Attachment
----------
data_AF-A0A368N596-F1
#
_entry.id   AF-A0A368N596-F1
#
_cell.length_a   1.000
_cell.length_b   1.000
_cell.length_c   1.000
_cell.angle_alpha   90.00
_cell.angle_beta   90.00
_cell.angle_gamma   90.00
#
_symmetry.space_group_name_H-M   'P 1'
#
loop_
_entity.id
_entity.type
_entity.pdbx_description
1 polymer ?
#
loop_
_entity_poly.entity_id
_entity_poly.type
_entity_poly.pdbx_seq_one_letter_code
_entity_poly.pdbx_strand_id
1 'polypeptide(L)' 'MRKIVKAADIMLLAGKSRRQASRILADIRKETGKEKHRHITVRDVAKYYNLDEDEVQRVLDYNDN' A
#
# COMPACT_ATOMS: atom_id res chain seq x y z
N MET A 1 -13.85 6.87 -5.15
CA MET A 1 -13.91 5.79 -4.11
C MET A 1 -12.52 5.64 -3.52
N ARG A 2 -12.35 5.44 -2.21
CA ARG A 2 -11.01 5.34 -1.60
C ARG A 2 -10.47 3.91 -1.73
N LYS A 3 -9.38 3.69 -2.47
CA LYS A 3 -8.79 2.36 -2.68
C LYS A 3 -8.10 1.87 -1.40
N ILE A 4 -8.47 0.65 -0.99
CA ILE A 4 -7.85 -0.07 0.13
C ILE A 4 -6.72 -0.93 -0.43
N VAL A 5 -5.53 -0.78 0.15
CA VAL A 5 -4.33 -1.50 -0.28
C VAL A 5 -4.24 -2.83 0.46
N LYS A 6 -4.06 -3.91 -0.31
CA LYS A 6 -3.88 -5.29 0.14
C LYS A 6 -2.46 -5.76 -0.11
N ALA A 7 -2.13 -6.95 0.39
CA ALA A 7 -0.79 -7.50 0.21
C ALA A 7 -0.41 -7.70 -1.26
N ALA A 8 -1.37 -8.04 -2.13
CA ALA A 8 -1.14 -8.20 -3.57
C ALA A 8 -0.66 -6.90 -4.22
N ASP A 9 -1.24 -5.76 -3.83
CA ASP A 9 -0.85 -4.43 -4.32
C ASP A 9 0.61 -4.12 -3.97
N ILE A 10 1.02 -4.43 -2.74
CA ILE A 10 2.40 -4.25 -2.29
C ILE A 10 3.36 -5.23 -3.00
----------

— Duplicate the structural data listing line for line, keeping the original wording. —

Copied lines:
data_AF-A0A368N596-F1
#
_entry.id   AF-A0A368N596-F1
#
_cell.length_a   1.000
_cell.length_b   1.000
_cell.length_c   1.000
_cell.angle_alpha   90.00
_cell.angle_beta   90.00
_cell.angle_gamma   90.00
#
_symmetry.space_group_name_H-M   'P 1'
#
loop_
_entity.id
_entity.type
_entity.pdbx_description
1 polymer ?
#
loop_
_entity_poly.entity_id
_entity_poly.type
_entity_poly.pdbx_seq_one_letter_code
_entity_poly.pdbx_strand_id
1 'polypeptide(L)' 'MRKIVKAADIMLLAGKSRRQASRILADIRKETGKEKHRHITVRDVAKYYNLDEDEVQRVLDYNDN' A
#
# COMPACT_ATOMS: atom_id res chain seq x y z
N MET A 1 -13.85 6.87 -5.15
CA MET A 1 -13.91 5.79 -4.11
C MET A 1 -12.52 5.64 -3.52
N ARG A 2 -12.35 5.44 -2.21
CA ARG A 2 -11.01 5.34 -1.60
C ARG A 2 -10.47 3.91 -1.73
N LYS A 3 -9.38 3.69 -2.47
CA LYS A 3 -8.79 2.36 -2.68
C LYS A 3 -8.10 1.87 -1.40
N ILE A 4 -8.47 0.65 -0.99
CA ILE A 4 -7.85 -0.07 0.13
C ILE A 4 -6.72 -0.93 -0.43
N VAL A 5 -5.53 -0.78 0.15
CA VAL A 5 -4.33 -1.50 -0.28
C VAL A 5 -4.24 -2.83 0.46
N LYS A 6 -4.06 -3.91 -0.31
CA LYS A 6 -3.88 -5.29 0.14
C LYS A 6 -2.46 -5.76 -0.11
N ALA A 7 -2.13 -6.95 0.39
CA ALA A 7 -0.79 -7.50 0.21
C ALA A 7 -0.41 -7.70 -1.26
N ALA A 8 -1.37 -8.04 -2.13
CA ALA A 8 -1.14 -8.20 -3.57
C ALA A 8 -0.66 -6.90 -4.22
N ASP A 9 -1.24 -5.76 -3.83
CA ASP A 9 -0.85 -4.43 -4.32
C ASP A 9 0.61 -4.12 -3.97
N ILE A 10 1.02 -4.43 -2.74
CA ILE A 10 2.40 -4.25 -2.29
C ILE A 10 3.36 -5.23 -3.00